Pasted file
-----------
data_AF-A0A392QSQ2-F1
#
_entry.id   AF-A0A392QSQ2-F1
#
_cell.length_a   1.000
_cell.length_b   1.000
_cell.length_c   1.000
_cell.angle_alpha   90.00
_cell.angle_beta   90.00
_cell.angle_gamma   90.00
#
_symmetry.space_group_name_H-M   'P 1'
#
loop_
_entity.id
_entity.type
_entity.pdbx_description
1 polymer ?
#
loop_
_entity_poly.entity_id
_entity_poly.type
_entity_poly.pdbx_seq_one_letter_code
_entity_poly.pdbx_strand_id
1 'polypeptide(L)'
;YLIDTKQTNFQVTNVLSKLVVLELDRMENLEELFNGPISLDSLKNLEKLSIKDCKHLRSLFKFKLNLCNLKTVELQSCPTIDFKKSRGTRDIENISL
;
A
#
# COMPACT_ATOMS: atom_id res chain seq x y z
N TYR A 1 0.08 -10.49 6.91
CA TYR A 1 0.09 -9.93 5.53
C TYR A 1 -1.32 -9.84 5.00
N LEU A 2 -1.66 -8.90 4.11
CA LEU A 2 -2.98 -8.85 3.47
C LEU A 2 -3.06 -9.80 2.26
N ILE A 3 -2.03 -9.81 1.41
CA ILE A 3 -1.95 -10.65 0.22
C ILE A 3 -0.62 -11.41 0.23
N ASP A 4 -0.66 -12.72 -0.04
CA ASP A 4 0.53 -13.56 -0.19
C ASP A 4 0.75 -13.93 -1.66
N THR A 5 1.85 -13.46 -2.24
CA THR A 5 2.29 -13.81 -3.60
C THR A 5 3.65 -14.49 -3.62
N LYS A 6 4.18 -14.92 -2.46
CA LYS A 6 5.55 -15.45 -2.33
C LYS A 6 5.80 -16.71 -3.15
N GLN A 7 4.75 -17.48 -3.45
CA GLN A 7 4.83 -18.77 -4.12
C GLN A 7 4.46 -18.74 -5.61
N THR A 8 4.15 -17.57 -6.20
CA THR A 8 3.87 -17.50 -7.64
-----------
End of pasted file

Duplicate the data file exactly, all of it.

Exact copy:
data_AF-A0A392QSQ2-F1
#
_entry.id   AF-A0A392QSQ2-F1
#
_cell.length_a   1.000
_cell.length_b   1.000
_cell.length_c   1.000
_cell.angle_alpha   90.00
_cell.angle_beta   90.00
_cell.angle_gamma   90.00
#
_symmetry.space_group_name_H-M   'P 1'
#
loop_
_entity.id
_entity.type
_entity.pdbx_description
1 polymer ?
#
loop_
_entity_poly.entity_id
_entity_poly.type
_entity_poly.pdbx_seq_one_letter_code
_entity_poly.pdbx_strand_id
1 'polypeptide(L)'
;YLIDTKQTNFQVTNVLSKLVVLELDRMENLEELFNGPISLDSLKNLEKLSIKDCKHLRSLFKFKLNLCNLKTVELQSCPTIDFKKSRGTRDIENISL
;
A
#
# COMPACT_ATOMS: atom_id res chain seq x y z
N TYR A 1 0.08 -10.49 6.91
CA TYR A 1 0.09 -9.93 5.53
C TYR A 1 -1.32 -9.84 5.00
N LEU A 2 -1.66 -8.90 4.11
CA LEU A 2 -2.98 -8.85 3.47
C LEU A 2 -3.06 -9.80 2.26
N ILE A 3 -2.03 -9.81 1.41
CA ILE A 3 -1.95 -10.65 0.22
C ILE A 3 -0.62 -11.41 0.23
N ASP A 4 -0.66 -12.72 -0.04
CA ASP A 4 0.53 -13.56 -0.19
C ASP A 4 0.75 -13.93 -1.66
N THR A 5 1.85 -13.46 -2.24
CA THR A 5 2.29 -13.81 -3.60
C THR A 5 3.65 -14.49 -3.62
N LYS A 6 4.18 -14.92 -2.46
CA LYS A 6 5.55 -15.45 -2.33
C LYS A 6 5.80 -16.71 -3.15
N GLN A 7 4.75 -17.48 -3.45
CA GLN A 7 4.83 -18.77 -4.12
C GLN A 7 4.46 -18.74 -5.61
N THR A 8 4.15 -17.57 -6.20
CA THR A 8 3.87 -17.50 -7.64